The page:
weep(redirected from weeps)
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enough to make the angels weep
So terrible, distressing, or grievous as to shake the foundations of one's faith or hope. The tragedy of those two young boys' deaths is enough to make the angels weep.
weep (one's) heart out
To weep copiously; to cry intensely and for a long time. Lauren wept her heart out at the news of her father's sudden death. What did you say to upset your brother? He's been weeping his heart out upstairs for the last half hour!
Said hyperbolically of one who is deemed so cold and indifferent as to be unable to cry tears. I've never seen Claire show any emotion—in fact, she probably weeps millstones. Why didn't you comfort that poor little girl? Do you weep millstones?
laugh and the (whole) world laughs with you(; weep and you weep alone)
People like to be around those who are happy (but not those who are sad or morose). I know he's still hurting from the breakup, but John's misery has made him really hard to be around. Like they say, laugh, and the world laughs with you; weep, and you weep alone.
read 'em and weep
Look at these results, which clearly show that I am the winner and you are the loser. A clichéd expression that is especially commonly used during card games. Ha! Read 'em and weep—a royal flush! I win! A: "There's no way that you got cast in the lead role—my audition was way better than yours!" B: "Read 'em and weep, there's my name right at the top of the list!"
To weep copiously; to cry intensely and for a long time. Everyone wept buckets during the funeral. What did you say to upset your brother? He's been weeping buckets upstairs for the last half hour!
Laugh and the world laughs with you; weep and you weep alone.
Prov. When you are happy, people will want to be around you and share your happiness, but when you are sad, people will avoid you. Nancy: When Harry and I were dating, all our friends invited us places and called to say hello. Now that we've broken up, they treat me as if I don't exist. Jane: Laugh and the world laughs with you; weep and you weep alone.
read it and weep
Fig. read the bad news; hear the bad news. I'm sorry to bring you the bad news. Read it and weep.
weep about someone or something
to cry about someone or something; to mourn someone or something. She was weeping about her grandfather, who had passed away in the night. There is no use weeping about spilled milk.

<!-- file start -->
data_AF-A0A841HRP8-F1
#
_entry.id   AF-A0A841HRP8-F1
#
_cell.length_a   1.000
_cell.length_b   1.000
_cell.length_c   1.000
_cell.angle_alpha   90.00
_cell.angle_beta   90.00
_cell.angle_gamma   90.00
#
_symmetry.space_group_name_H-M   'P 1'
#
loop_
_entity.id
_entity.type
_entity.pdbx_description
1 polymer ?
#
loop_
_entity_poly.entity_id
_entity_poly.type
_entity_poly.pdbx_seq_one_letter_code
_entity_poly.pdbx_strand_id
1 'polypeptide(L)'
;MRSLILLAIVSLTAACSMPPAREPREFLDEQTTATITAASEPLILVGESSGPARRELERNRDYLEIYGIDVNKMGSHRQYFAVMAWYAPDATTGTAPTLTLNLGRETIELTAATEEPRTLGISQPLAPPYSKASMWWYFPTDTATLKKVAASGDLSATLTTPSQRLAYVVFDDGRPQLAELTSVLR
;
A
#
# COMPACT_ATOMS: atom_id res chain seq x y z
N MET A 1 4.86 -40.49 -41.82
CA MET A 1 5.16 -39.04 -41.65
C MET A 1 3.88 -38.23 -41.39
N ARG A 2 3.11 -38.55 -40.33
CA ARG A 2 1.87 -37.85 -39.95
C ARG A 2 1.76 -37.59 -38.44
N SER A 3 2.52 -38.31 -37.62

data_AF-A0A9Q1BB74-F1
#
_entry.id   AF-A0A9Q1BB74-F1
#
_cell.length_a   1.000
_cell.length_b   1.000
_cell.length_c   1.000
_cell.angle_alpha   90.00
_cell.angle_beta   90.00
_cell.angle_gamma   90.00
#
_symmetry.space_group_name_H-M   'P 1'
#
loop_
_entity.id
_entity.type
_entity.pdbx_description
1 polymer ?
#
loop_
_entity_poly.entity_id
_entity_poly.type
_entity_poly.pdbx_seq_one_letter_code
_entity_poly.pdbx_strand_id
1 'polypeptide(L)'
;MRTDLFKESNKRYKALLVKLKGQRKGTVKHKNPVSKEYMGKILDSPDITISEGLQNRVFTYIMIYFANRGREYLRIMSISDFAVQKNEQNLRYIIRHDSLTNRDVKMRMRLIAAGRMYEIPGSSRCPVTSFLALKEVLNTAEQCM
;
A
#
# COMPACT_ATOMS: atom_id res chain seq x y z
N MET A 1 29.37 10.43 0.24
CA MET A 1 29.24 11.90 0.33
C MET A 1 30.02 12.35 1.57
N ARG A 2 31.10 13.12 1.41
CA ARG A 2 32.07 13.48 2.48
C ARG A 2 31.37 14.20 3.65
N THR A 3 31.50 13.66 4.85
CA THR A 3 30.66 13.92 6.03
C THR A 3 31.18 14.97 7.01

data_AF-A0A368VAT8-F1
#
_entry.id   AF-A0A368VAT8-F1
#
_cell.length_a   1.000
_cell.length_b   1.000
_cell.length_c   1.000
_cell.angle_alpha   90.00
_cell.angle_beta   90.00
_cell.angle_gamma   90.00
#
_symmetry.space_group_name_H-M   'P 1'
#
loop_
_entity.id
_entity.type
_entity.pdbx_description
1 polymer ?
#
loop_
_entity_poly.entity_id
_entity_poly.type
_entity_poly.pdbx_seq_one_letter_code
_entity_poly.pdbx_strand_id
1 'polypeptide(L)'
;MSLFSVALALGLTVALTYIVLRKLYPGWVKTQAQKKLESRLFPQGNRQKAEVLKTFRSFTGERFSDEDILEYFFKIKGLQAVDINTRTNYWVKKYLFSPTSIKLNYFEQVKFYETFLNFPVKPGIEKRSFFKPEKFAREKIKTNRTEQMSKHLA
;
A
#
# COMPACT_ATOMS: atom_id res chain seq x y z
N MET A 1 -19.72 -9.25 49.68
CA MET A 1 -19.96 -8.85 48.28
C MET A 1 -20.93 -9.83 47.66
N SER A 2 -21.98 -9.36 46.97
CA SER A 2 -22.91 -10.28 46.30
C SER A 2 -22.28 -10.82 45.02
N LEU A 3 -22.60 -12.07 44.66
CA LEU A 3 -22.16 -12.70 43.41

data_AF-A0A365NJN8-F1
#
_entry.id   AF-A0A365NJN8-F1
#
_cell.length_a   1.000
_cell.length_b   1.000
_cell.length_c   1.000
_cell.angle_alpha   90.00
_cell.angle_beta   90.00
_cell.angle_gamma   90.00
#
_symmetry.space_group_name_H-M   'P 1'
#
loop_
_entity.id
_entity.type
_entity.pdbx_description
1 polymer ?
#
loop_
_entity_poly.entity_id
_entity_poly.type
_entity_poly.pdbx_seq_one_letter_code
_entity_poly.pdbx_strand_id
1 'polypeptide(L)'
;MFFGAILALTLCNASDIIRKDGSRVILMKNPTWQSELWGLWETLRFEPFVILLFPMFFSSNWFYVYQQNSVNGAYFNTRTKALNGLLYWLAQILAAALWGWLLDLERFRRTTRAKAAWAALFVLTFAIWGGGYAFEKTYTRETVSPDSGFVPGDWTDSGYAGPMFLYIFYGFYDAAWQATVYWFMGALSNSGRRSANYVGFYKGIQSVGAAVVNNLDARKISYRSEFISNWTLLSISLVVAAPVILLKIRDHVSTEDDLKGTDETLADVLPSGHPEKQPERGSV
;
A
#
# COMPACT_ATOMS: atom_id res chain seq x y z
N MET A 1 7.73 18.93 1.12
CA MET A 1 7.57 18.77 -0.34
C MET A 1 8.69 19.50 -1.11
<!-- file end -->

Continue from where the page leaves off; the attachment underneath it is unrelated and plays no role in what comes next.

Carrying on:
See also: weep
weep for joy
Fig. to cry out of happiness. She was so happy, she wept for joy. We all wept for joy at the safe return of the child.
weep for (someone or an animal)
to cry out of sorrow for someone or an animal. She wept for her puppy when it was terribly sick. Please don't weep for me after I'm gone.
See also: weep
weep over someone or something
to cry about someone or something. No need to weep over me. I'll do all right. There is no point in weeping over something you can't do anything about.
laugh and the world laughs with you
Keep your sense of humor and people will sympathize with you, as in She's always cheerful and has dozens of friends; laugh and the world laughs with you. This expression actually is part of an ancient Latin saying that concludes, weep and the world weeps with you. The current version, with the ending weep and you weep alone (meaning "you'll get no sympathy in your sorrow"), first appeared in 1883 in Ella Wilcox's poem "Solitude." O. Henry used a slightly different version: "Laugh, and the world laughs with you; weep, and they give you the laugh" ( The Count and the Wedding Guest, 1907).
Cry copiously, as in That sad tale of unrequited love always made her weep buckets. [Colloquial]
read 'em and weep
You won't be happy with this news. You're playing poker, and at the end of a hand you hold a full house, aces high. Only you and another player are left in the round. You lay down your hand, and just as you're about to reach for the substantial amount of money in the pot, the other player lays down his cards and says smugly, “Read 'em and weep.” It's a straight flush. Although the phrase is most commonly heard in card games, it has been used in other situations, such as when a garage mechanic with a distorted sense of humor hands you a staggeringly large bill for his services.